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Three EU States' Tax Regimes For Ports Challenged

by Ulrika Lomas, Tax-News.com, Brussels

21 January 2016


The European Commission has announced that Netherlands must abolish an exemption from corporate tax for its six seaports, to align the regime with EU state aid rules, and separately has called on Belgium and France to align their tax regimes for ports with state aid rules.

Commissioner Margrethe Vestager, in charge of competition policy, stated: "Ports are key infrastructure for economic growth and regional development. I will soon present a proposal to facilitate unproblematic investments in ports that can create jobs, to exempt them from scrutiny under EU state aid rules. At the same time, the Commission's decisions today regarding the Netherlands, Belgium, and France make clear that if port operators generate profits from economic activities these should be taxed under the normal national tax laws to avoid distortions of competition."

The Commission highlighted that public companies, when carrying out economic activities, compete with private players, who are subject to paying corporate tax. It said: "The commercial operation of port infrastructure constitutes an economic activity. Public companies when carrying out economic activities should be subject to paying corporate tax, just like private companies are. These economic activities can be distinguished from other activities that [are] linked to the operation of infrastructure for the exercise of the essential responsibilities of the State (for example, safety, surveillance, traffic control), which fall outside the scope of EU state aid control."

Following complaints, the Commission asked the Netherlands in May 2013 to abolish provisions exempting certain public companies, including port operators, from corporate tax, because it was concerned that they may give the companies concerned an undue advantage over their competitors. In July 2014, the Commission opened an in-depth investigation.

In the course of the Commission's investigation, on June 4, 2015, the Netherlands adopted a law making public undertakings subject to corporate tax as of January 1, 2016. However, the law maintained a tax exemption for six publicly owned Dutch seaports (namely Groningen Seaports N.V., Havenbedrijf Amsterdam N.V., Havenbedrijf Rotterdam N.V., Havenschap Moerdijk, N.V. Port of Den Helder, and Zeeland Seaports). The Commission considers that the Dutch legislation addresses its state aid concerns, except for the six Dutch seaports that remain exempted from corporate taxation.

The Commission has concluded that this exemption also has to be abolished to remove the resulting distortions of competition. The Netherlands now has two months to take the necessary steps to remove the exemption in order to ensure that from January 1, 2017, the six ports are subject to the same corporate taxation rules.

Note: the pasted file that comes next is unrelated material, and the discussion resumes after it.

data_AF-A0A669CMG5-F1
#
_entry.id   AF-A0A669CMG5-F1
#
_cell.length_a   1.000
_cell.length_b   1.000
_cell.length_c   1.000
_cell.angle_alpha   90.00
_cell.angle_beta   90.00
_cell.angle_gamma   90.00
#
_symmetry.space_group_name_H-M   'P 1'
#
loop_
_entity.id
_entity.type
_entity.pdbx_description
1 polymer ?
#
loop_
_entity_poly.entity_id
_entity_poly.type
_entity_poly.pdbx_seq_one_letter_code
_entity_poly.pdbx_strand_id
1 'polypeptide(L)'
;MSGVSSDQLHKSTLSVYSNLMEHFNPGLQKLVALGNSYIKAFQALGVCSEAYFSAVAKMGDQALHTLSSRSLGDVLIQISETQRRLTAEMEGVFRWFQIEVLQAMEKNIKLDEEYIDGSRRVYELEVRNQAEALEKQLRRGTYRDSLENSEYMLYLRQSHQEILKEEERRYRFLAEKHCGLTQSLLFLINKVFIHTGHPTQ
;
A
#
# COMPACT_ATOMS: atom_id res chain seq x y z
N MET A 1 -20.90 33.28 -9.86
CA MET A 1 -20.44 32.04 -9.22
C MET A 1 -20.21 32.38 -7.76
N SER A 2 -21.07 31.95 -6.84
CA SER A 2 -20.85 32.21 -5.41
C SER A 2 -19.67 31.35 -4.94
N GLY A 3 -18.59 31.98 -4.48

In respect of Belgium and France, in July 2014, the Commission informed the nations about its concerns regarding their regimes for the taxation of ports.

In Belgium, a number of sea and inland waterway ports (notably the ports of Antwerp, Bruges, Brussels, Charleroi, Ghent, Liège, Namur, and Ostende, as well as along the canals in Hainaut Province and Flanders) are exempt from the general corporate income tax regime. These ports are subject to a different tax regime, with a different base and tax rates, resulting in an overall lower level of taxation for Belgian ports as compared to other companies active in Belgium.

Most French ports, notably the 11 "grands ports maritimes" (of Bordeaux, Dunkerque, La Rochelle, Le Havre, Marseille, Nantes - Saint-Nazaire, and Rouen, as well as Guadeloupe, Guyane, Martinique, and Réunion), the Port autonome de Paris, and ports operated by chambers of industry and commerce, are fully exempt from corporate income tax.

The Commission said it takes the preliminary view that, in both Belgium and France, the existing regimes provide the ports with a selective advantage that may breach EU state aid rules.

It has therefore now proposed measures to Belgium and France to adapt their legislation, to ensure public or private ports pay corporate tax on their economic activities in the same way as other companies in Belgium and France, respectively. Each country now has two months to react.

TAGS: tax | investment | marine | European Commission | Belgium | Netherlands | commerce | law | Guadeloupe | legislation | tax rates | France | Martinique | European Union (EU) | Europe

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